On Profiling

On Profiling

I usually try to stay out of politics, but with the recent explosion over the Tayvon case, I can’t help but to add in something. Sometimes I hate being an author because I feel like I have to keep my opinions to myself all the time for fear of alienating a good chunk of my fan base. But then I think about all the authors who do spout their opinions, and I sort of just have to run with the idea that if you’re going to judge my entire existence from one opinion, I probably don’t want you as a fan in the first place. I’m not really going to talk about the Trayvon case though. It’s a messy case. I have heard so many things and don’t know what to believe. I personally think the stand-your-ground law is dangerous (and the cases that have been judged with this law have been contradictory and hypocritical), but I also wasn’t there to really judge what happened. In any case, what I want to talk about is profiling and how I think profiling is sometimes okay.

When I was a high schooler in my freshman year, I was playing basketball with a group of black boys. For some reason, they kept calling me a ‘white bitch,’ for no reason at all other than I was playing basketball with them. It wasn’t even in a teasing tone. It was in a very menacing tone. They continually harassed me throughout all of gym class, calling me a ‘white bitch.’ After gym, they followed me out and kept calling me the same thing, harassing me, asking me what I was going to do about it. I tossed the ‘N’ word at them and they left me alone. I had no further contact with them…ever.

Was I in the wrong? Could I have resolved the issue without using the ‘N’ word? I probably could have, but I was 15 at the time. I wanted a quick way out, and I didn’t know any other way out than to toss a racial slur at them, something I knew that would be harmful, just as ‘white bitch’ was to me. To this day I still wonder what I could have done differently, but it got them off my back, it kept them from harassing me.

I have experienced other instances of harassment by groups of black boys at my school. This is what happens when you are the majority race that is a minority in a school where the minorities are the majority, I guess. You get bigoted resentment. I could walk through a group of black guys and hear things like ‘Who does this white girl think she is?’ ‘Why is that white girl walking by us like we ain’t here?’ And so I started profiling groups of black guys as dangerous and bigoted. And I had every right to, especially as a white female.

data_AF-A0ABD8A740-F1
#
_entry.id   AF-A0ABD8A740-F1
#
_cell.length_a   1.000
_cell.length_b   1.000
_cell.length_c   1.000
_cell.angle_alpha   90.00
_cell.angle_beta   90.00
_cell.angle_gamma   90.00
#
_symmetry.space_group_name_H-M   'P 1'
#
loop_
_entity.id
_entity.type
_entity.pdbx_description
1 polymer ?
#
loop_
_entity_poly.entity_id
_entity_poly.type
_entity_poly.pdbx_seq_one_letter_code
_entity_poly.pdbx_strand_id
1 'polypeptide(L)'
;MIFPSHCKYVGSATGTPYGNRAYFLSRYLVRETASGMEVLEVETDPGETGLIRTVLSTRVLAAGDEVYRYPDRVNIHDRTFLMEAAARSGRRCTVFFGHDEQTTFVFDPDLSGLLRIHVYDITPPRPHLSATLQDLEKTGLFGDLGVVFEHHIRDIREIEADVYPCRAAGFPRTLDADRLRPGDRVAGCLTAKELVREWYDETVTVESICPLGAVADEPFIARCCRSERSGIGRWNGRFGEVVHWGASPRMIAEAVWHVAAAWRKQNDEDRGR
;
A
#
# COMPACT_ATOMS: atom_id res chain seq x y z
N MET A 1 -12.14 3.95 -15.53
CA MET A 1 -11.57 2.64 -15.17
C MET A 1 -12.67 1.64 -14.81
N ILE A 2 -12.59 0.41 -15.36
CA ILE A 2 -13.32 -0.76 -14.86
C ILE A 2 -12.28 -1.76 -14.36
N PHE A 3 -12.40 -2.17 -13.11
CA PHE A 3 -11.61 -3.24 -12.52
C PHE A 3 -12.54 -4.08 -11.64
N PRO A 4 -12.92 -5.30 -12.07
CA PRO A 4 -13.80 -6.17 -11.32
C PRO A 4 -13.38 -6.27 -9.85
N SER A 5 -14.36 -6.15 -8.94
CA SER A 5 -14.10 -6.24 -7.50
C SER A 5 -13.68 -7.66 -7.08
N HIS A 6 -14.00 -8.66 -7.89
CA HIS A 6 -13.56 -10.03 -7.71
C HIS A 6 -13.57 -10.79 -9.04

I hear in the Trayvon case that people are angry because Zimmerman profiled Trayvon. I’m not going to get into the messiness of that because I wasn’t there and so don’t know if Zimmerman was right in profiling Trayvon. I’m not Zimmerman. I’m not Trayvon.

But back then, as a young, white female, I felt I had every right to profile groups of black boys because experience told me they were dangerous–and there were rumors of black gang members in our school, and of course gang problems downtown by black boys. So throughout the rest of my high school years, I avoided groups of black boys because I didn’t want to be hurt. As individuals, they were fine, but as a group, they were completely different.

I don’t know why, either. I don’t attribute their behavior to their skin color–and I didn’t attribute their behavior to their skin color. It was likely a mix of cultural and societal factors. I just happened to note that darker skinned people could be mean.

People profile because it’s an observation gained through personal experience. Profiling =/= racism. I profile all the time at work. Asians do not like to sign up for the Fiat. Black people love to. Whites are half-and-half. Old, white men tend to be both suspicious and rude when signing up for the Fiat. Women are overall polite about declining. When people of Indian descent sign up for the Fiat, they almost always want home improvements, but it’s very difficult to set with them. Mexicans tend to live in single wide mobile homes, so we can’t set for single wides. So when it’s busy at the mall, I tend to avoid calling Asians, Mexicans, white, middle-aged women, and old, white men over because I have to try and get the people most likely to come over when it’s busy, or else I’m going to miss potential appointments. Could I be missing potential appointments from the people that I’m avoiding? Possibly, but when experience tells me they are not likely to come over, I have to pick my battles when there is a rush. My job has told me not to profile, but the people who have told me not to profile have never worked the field.

Now that I am older, I am no longer afraid of groups of black boys because my job has given me a different perspective. I have observed at my job that black people are some of the politest, most respectful people to speak with. They are very spiritual as well where I live, so that probably plays a factor in their friendly and non-judgmental behavior. It is whites that are often rude and nasty. Groups of black boys no longer intimidate me either. In fact, they are very friendly (sometimes flirty) and fun to chat with. Perhaps being outside of school allows them to shed their defenses, I guess, so that they don’t have to put up these walls. Or maybe I wasn’t pretty back then (because I do get compliments a lot now, and I don’t even have to try like I did when I was in high school). I don’t know, but it is groups of white guys that annoy me now because they are loud, rude, and a bit too rambunctious for my liking. They are also the ones most likely to write rude things on the sign-up papers. They are also the ones most likely to say rude things about the Fiat, so it’s not so much that they intimidate me, it’s that they annoy me, so whenever groups of white boys come by, I tend to hold my breath and look away BECAUSE EXPERIENCE TELLS ME THEY ARE OFTEN RUDE. There might be a group of white guys that is polite, but when I don’t want to put up with potentially rude behavior, I don’t want to put up with it. And I know this isn’t true with all groups, but when experience tells me something, experience tells me something.